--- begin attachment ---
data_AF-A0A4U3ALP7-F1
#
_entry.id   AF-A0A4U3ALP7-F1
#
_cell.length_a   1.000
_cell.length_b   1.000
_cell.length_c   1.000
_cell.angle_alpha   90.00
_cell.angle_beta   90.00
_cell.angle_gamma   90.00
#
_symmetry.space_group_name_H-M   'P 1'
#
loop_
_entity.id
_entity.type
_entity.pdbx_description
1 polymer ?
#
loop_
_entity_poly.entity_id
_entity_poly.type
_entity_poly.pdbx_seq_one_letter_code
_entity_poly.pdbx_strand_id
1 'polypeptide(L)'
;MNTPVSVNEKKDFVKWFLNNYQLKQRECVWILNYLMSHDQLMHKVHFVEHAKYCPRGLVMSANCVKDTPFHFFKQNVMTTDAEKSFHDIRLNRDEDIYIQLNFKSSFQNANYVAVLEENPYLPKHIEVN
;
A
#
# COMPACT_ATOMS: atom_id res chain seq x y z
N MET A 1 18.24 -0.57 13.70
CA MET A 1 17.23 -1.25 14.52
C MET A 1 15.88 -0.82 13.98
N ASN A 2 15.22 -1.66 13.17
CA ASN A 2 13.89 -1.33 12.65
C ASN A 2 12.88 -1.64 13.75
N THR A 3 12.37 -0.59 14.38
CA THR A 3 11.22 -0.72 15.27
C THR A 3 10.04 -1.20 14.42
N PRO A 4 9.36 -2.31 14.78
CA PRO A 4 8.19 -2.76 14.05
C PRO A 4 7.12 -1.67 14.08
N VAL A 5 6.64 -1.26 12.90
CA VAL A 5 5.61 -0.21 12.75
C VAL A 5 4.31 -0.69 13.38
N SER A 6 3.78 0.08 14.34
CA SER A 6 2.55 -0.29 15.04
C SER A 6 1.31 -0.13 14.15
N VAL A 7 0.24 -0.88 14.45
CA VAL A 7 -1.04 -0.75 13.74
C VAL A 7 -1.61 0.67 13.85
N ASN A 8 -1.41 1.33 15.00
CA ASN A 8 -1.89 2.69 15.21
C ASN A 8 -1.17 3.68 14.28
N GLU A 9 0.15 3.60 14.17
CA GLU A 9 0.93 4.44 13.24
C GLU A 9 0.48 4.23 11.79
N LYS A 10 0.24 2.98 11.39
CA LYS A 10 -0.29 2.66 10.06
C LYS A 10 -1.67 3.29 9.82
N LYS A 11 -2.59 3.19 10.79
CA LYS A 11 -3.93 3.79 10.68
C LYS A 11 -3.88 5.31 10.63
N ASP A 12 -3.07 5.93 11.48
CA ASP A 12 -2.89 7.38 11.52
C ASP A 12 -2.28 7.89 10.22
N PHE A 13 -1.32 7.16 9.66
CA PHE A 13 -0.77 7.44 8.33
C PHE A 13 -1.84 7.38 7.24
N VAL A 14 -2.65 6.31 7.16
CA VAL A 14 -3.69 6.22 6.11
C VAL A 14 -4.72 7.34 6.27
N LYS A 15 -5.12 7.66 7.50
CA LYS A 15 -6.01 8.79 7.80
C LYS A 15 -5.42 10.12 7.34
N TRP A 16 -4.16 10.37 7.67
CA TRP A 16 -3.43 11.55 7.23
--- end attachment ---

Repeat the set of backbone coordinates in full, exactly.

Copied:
data_AF-A0A4U3ALP7-F1
#
_entry.id   AF-A0A4U3ALP7-F1
#
_cell.length_a   1.000
_cell.length_b   1.000
_cell.length_c   1.000
_cell.angle_alpha   90.00
_cell.angle_beta   90.00
_cell.angle_gamma   90.00
#
_symmetry.space_group_name_H-M   'P 1'
#
loop_
_entity.id
_entity.type
_entity.pdbx_description
1 polymer ?
#
loop_
_entity_poly.entity_id
_entity_poly.type
_entity_poly.pdbx_seq_one_letter_code
_entity_poly.pdbx_strand_id
1 'polypeptide(L)'
;MNTPVSVNEKKDFVKWFLNNYQLKQRECVWILNYLMSHDQLMHKVHFVEHAKYCPRGLVMSANCVKDTPFHFFKQNVMTTDAEKSFHDIRLNRDEDIYIQLNFKSSFQNANYVAVLEENPYLPKHIEVN
;
A
#
# COMPACT_ATOMS: atom_id res chain seq x y z
N MET A 1 18.24 -0.57 13.70
CA MET A 1 17.23 -1.25 14.52
C MET A 1 15.88 -0.82 13.98
N ASN A 2 15.22 -1.66 13.17
CA ASN A 2 13.89 -1.33 12.65
C ASN A 2 12.88 -1.64 13.75
N THR A 3 12.37 -0.59 14.38
CA THR A 3 11.22 -0.72 15.27
C THR A 3 10.04 -1.20 14.42
N PRO A 4 9.36 -2.31 14.78
CA PRO A 4 8.19 -2.76 14.05
C PRO A 4 7.12 -1.67 14.08
N VAL A 5 6.64 -1.26 12.90
CA VAL A 5 5.61 -0.21 12.75
C VAL A 5 4.31 -0.69 13.38
N SER A 6 3.78 0.08 14.34
CA SER A 6 2.55 -0.29 15.04
C SER A 6 1.31 -0.13 14.15
N VAL A 7 0.24 -0.88 14.45
CA VAL A 7 -1.04 -0.75 13.74
C VAL A 7 -1.61 0.67 13.85
N ASN A 8 -1.41 1.33 15.00
CA ASN A 8 -1.89 2.69 15.21
C ASN A 8 -1.17 3.68 14.28
N GLU A 9 0.15 3.60 14.17
CA GLU A 9 0.93 4.44 13.24
C GLU A 9 0.48 4.23 11.79
N LYS A 10 0.24 2.98 11.39
CA LYS A 10 -0.29 2.66 10.06
C LYS A 10 -1.67 3.29 9.82
N LYS A 11 -2.59 3.19 10.79
CA LYS A 11 -3.93 3.79 10.68
C LYS A 11 -3.88 5.31 10.63
N ASP A 12 -3.07 5.93 11.48
CA ASP A 12 -2.89 7.38 11.52
C ASP A 12 -2.28 7.89 10.22
N PHE A 13 -1.32 7.16 9.66
CA PHE A 13 -0.77 7.44 8.33
C PHE A 13 -1.84 7.38 7.24
N VAL A 14 -2.65 6.31 7.16
CA VAL A 14 -3.69 6.22 6.11
C VAL A 14 -4.72 7.34 6.27
N LYS A 15 -5.12 7.66 7.50
CA LYS A 15 -6.01 8.79 7.80
C LYS A 15 -5.42 10.12 7.34
N TRP A 16 -4.16 10.37 7.67
CA TRP A 16 -3.43 11.55 7.23